“We Need Action”: Elected Officials Tour Rikers Island Demanding Decarceration

A dozen elected officials visited Rikers Island on Monday in a bid to pressure authorities to reduce the city’s ballooning jail population. The appearance, which Mayor Bill de Blasio’s office reportedly tried to delay, follows new reporting by WNYC/Gothamist and The City that’s revealed rising rates of self-harm and multiple deaths at the troubled facility in recent months.

At a press conference following a tour of the island, several state leaders expressed disgust at the city’s treatment of incarcerated residents and jail staff.

“What we saw today was horrific,” said Queens Assembly Member Zohran Mamdani. The representative described speaking to a detainee who said he’d been stuck in an intake area for seven days without access to a bed or toilet. “He told me of how many incarcerated people were in that same situation: forced to relieve themselves in the very room they were supposed to sleep in,” he said

“Trash all over the floors, broken doors to the cells,” said Alexandra Biaggi, a state senator representing the Bronx and Westchester. “We wonder why corrections officers don’t want to come to work. It is unsafe inside of Rikers Island. It is unsafe for everybody inside of Rikers Island.”

Since the beginning of this year, advocates have argued the jail complex is incapable of providing detainees with basic services due to a spike in the number of corrections officers calling out sick or skipping work.

In the face of this staffing crisis, the Democratic lawmakers have called on the mayor, Governor Kathy Hochul, and the courts to release more incarcerated people as a way to decrease the number of detainees per staff member. Their demand stands in contrast to that of the Correction Officers’ Benevolent Association, which has waged a public campaign pushing the city to hire more jail guards.

“Decarceration must happen and it must happen now,” said Phara Souffrant Forrest, a Brooklyn assembly member, who is sponsoring the Less Is More Act. The legislation would keep people from being sent to jail for alleged technical parole violations, such as missed curfews or marijuana use.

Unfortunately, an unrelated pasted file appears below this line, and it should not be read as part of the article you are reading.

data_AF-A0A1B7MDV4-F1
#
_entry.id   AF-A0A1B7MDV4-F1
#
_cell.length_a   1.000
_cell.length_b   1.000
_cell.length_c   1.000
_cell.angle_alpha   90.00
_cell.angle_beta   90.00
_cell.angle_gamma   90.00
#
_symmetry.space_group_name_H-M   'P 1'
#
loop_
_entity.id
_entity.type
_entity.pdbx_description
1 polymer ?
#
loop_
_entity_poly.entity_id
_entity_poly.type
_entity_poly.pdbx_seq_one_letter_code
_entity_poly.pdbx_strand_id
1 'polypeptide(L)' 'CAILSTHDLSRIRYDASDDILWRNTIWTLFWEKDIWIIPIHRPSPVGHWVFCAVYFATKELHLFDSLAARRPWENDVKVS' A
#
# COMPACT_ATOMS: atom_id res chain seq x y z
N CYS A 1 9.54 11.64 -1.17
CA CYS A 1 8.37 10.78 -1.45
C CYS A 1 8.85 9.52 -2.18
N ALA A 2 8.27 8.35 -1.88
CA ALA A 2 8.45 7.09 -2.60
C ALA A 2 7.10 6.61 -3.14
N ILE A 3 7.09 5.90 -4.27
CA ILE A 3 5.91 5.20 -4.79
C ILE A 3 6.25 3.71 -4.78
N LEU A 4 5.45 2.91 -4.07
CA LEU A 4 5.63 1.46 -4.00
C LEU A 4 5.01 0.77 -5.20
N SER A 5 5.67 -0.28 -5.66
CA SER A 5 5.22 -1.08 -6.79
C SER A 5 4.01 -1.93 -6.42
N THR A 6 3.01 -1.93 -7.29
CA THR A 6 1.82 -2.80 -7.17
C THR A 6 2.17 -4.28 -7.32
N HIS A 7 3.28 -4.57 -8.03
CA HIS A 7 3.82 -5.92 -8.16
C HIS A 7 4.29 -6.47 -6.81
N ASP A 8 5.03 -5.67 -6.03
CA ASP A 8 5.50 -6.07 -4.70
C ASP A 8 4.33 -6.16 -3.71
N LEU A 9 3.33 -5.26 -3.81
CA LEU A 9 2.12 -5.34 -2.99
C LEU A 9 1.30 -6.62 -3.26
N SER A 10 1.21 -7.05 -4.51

Last week, Governor Hochul said she would consider the bill, but noted she had many other pieces of legislation to consider. At the rally, Biaggi criticized this response.

“It’s something that can be signed as early as today,” Biaggi said. “To make excuses that there are hundreds of bills on [the] desk of a new governor is just that, it’s an excuse.”

In response, the governor’s press secretary, Hazel Crampton-Hays, said “Governor Hochul is deeply concerned about the situation in city jails” and is “exploring options, including reviewing legislation, to keep New Yorkers safe.”

The group of lawmakers also called on the mayor to grant work release to those serving sentences in city jails, and for prosecutors and judges to send fewer defendants into pre-trial detention. De Blasio himself hasn’t visited Rikers Island since before he won re-election four years ago.

Jessica Ramos, a state senator from Queens who also toured Rikers on Monday, said she witnessed floors littered with dead cockroaches, fecal matter, and rotting food, and she argued the crowded conditions and dysfunction could worsen crime.

“Starvation, torture, violence, not getting medical treatment for their physical and mental health is not a recipe to rehabilitation,” she said. “That is not a recipe for safety. It is a recipe for violence, and for continued violence out on our streets.”

State figures show the city’s jail population has steadily grown over the past year, even as reports of violence and self-harm have continued to spark rising concerns among activists, detainees, and their families.

This article was updated to include a response from Governor Hochul’s office.

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